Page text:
It seems like every all-time great has an “almost traded” story, and Rivera is no different. He has several, in fact. The Yankees tried to swap him for David Wells in 1995, and two years later they were willing to put him in packages for Randy Johnson and Pedro Martinez. Mo already had one year of closing under his belt by the time the last two deals were discussed, and the team’s plan was to acquire a high-end starter and sign a free agent like Roberto Hernandez to close. Even before the trade talk, Rivera successfully came back from major elbow surgery, a Tommy John surgery-like procedure that reinforced the elbow ligament. That’s an obstacle we often understate.
Criminally underutilized by Buck Showalter in the 1995 ALDS, Joe Torre took the reigns the following year and used Rivera in a way that would have caused most men to crumbled. Mo threw 107.2 IP over 61 relief appearances in 1996, a workload completely unheard of these days, but he excelled. A 2.09 ERA and a career high 10.9 K/9 earned Rivera both Cy Young and MVP votes (finished third for the former, 12th for the latter). The Yankees went on to win the World Series with Rivera’s help, then installed him as their closer the next year.
That first year in the ninth inning went very well (1.88 ERA), but a blown save (in the eighth inning) of Game Four of the ALDS ended his season on a sour note. As silly as it sounds now, that homerun by Sandy Alomar had people wondering if a quiet fisherman from Panama was a viable closer for a perennial contender. Rivera proved all the doubters wrong in subsequent years, and his postseason track record is the stuff of legend: 139.2 IP and a 0.71 ERA. He’s allowed four postseason runs in the last nine years.
Of course, Mo has had some pretty high profile blow-ups as well. Years after the Alomar homer, he blew the save and took the loss in Game Seven of the 2001 World Series, in part because of his own defensive miscue on a would-be sacrifice bunt. Ironically, the finishing hit was nothing more than a weak little broken bat looper, one of Rivera’s trademarks. He also blew back-to-back saves in the 2004 ALCS. When you make that many appearances in the playoffs, slip-ups are bound to happen, but thankfully Mo’s slip-ups have happened with great irregularity.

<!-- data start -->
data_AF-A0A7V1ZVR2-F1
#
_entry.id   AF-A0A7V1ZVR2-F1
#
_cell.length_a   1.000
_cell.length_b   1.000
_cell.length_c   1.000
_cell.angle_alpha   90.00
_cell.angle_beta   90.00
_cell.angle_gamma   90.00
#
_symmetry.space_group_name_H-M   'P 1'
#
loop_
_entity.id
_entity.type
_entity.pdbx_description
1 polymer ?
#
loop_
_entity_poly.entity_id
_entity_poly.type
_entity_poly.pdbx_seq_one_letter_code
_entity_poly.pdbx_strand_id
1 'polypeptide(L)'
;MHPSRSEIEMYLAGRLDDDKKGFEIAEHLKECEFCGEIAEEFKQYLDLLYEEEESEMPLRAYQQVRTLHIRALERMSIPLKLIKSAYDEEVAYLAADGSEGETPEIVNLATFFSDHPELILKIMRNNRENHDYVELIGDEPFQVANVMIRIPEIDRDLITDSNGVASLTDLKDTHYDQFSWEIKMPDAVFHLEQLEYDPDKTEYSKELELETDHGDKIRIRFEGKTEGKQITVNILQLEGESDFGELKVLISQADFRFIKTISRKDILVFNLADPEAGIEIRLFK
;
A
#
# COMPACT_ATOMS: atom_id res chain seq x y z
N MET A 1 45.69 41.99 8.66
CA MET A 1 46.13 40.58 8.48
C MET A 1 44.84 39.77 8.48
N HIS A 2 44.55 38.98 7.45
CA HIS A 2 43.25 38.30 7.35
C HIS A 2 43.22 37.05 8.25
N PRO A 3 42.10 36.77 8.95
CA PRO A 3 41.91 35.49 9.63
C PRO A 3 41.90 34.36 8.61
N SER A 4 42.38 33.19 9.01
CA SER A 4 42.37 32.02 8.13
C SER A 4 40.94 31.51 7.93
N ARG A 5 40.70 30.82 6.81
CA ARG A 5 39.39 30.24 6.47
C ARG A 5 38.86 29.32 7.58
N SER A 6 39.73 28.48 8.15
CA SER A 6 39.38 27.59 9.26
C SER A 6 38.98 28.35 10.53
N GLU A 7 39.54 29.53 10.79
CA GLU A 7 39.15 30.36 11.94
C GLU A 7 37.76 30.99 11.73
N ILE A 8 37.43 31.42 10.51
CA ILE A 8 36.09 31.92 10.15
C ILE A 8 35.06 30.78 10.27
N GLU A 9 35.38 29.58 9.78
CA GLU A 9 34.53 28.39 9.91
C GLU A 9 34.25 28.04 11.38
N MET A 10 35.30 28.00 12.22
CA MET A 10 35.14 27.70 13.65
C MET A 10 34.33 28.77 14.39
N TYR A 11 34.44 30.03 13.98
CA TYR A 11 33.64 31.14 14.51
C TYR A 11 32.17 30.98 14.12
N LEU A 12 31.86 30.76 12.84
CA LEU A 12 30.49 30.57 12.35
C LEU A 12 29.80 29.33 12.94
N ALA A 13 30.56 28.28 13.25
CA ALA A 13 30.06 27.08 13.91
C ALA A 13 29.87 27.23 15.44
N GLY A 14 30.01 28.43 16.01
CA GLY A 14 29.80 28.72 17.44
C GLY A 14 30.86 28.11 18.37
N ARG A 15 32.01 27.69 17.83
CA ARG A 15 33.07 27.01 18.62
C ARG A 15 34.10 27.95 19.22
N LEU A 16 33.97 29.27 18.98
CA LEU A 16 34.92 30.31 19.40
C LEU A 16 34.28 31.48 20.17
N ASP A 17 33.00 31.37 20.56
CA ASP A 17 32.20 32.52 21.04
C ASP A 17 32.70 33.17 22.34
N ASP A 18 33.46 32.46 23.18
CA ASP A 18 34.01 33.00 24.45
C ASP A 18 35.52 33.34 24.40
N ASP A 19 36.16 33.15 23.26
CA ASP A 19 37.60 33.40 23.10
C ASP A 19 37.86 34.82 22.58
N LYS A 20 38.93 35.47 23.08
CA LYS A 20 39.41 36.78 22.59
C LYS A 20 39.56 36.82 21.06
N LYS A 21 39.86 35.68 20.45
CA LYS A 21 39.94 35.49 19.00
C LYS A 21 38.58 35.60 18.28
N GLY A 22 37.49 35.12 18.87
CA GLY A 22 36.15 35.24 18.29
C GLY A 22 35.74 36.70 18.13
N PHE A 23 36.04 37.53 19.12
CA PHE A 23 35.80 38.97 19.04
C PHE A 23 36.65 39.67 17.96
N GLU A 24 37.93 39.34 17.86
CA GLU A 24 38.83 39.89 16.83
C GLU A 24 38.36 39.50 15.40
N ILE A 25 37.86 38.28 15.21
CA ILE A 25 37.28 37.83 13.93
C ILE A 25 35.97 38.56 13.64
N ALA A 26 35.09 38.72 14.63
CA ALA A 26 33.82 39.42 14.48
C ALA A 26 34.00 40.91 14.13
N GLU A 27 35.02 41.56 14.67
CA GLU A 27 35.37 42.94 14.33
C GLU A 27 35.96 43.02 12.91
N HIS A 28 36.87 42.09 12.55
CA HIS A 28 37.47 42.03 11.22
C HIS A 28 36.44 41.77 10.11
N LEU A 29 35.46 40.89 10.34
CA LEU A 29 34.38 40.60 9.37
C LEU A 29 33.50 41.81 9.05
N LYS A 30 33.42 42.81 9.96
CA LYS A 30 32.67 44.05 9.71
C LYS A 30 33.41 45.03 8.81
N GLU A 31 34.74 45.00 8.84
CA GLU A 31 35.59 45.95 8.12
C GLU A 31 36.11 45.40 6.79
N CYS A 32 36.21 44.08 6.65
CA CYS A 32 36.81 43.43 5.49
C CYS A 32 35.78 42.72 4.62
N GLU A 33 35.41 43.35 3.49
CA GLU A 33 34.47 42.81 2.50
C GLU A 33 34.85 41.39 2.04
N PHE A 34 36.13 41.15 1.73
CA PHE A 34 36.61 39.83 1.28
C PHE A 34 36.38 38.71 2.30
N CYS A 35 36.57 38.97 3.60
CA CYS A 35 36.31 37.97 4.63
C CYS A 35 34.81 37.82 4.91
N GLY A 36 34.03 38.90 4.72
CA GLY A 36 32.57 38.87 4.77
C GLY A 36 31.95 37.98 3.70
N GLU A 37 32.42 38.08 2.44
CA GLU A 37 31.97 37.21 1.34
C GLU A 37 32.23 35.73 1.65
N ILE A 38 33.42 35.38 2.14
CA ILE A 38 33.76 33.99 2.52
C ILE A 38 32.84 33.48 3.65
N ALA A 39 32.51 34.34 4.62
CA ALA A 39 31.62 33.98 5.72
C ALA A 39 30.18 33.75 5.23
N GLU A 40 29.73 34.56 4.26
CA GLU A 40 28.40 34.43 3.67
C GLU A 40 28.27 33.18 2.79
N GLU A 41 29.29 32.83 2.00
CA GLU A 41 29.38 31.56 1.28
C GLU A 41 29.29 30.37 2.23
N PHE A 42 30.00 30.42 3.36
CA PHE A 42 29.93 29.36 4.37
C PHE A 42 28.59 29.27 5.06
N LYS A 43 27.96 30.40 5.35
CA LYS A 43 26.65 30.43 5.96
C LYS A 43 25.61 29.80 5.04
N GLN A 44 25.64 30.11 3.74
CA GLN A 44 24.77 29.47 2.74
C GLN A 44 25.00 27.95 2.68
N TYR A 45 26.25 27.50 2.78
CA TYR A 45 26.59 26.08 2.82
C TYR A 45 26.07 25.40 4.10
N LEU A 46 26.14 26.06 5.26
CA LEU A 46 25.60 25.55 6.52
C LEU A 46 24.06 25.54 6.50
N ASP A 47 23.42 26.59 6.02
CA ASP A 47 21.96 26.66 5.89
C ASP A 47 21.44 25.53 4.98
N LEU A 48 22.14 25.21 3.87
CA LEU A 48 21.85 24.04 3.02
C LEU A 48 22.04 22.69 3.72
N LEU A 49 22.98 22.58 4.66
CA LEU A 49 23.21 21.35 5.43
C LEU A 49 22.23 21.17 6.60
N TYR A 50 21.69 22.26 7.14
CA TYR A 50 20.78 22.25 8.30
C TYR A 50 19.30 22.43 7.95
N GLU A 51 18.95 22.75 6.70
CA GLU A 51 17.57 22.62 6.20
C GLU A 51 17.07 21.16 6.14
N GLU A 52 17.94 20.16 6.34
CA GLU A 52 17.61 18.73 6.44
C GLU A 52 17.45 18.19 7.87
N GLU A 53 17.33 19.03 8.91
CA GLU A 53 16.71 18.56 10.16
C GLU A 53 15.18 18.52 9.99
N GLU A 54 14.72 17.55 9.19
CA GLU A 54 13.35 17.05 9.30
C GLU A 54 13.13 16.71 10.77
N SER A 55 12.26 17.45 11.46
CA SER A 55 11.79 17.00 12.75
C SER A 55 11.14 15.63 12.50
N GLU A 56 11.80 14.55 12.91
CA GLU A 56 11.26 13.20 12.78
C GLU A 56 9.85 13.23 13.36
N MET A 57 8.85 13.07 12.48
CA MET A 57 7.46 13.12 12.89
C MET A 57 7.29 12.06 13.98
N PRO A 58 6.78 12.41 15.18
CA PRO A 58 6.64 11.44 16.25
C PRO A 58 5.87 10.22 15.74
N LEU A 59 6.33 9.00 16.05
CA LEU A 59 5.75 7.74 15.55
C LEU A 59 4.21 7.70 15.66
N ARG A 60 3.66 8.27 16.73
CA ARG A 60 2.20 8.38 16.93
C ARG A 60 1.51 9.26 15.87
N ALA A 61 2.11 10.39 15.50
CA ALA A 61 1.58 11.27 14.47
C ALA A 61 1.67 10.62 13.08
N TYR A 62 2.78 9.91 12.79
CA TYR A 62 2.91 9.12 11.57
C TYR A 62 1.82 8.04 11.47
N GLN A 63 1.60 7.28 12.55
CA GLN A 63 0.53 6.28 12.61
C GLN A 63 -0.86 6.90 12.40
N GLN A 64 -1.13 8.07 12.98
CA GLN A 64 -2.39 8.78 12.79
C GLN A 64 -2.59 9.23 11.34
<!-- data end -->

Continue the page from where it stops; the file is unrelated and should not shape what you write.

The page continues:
“I think people will realize it when he’s no longer here,” said Derek Jeter after last night’s game, speaking about how important Rivera is (and has been) to the Yankees. “Yankee fans have been spoiled, baseball fans watching him, us as teammates. You don’t see this. We don’t take him for granted, but I think a lot of people may.”
Whether you realize it or not, we’re all part of the group that takes Rivera for granted. It’s human nature, he’s been so automatic for so long that we can’t help but expect greatness. That’s why when he goes through his annual struggles in April and August, people are quick to question his greatness or even call him finished. At 42 years young, Mo is as dominant as ever. His strikeout rate is close to a whiff per inning (8.5 K/9) after a drop last year, and his walk rate is the second lowest of his entire career (1.1 BB/3). With 3.0 bWAR to his credit, he’s already surpassed last year’s value (2.9) and figures to pass 2009’s value (3.1) before the end of the season.
The Yankees are close to clinching yet another playoff berth, and once the postseason begins, they’ll have one advantage over any team they face, the one advantage they’ve had for the last decade and a half. Rivera is unmatched in the ninth inning and has been for basically his entire career. As unfair as it seems, we expect greatness from Mariano, but only because he’s delivered time and time again. Six hundred saves is a nice round number, but he didn’t need that milestone to validate his greatness.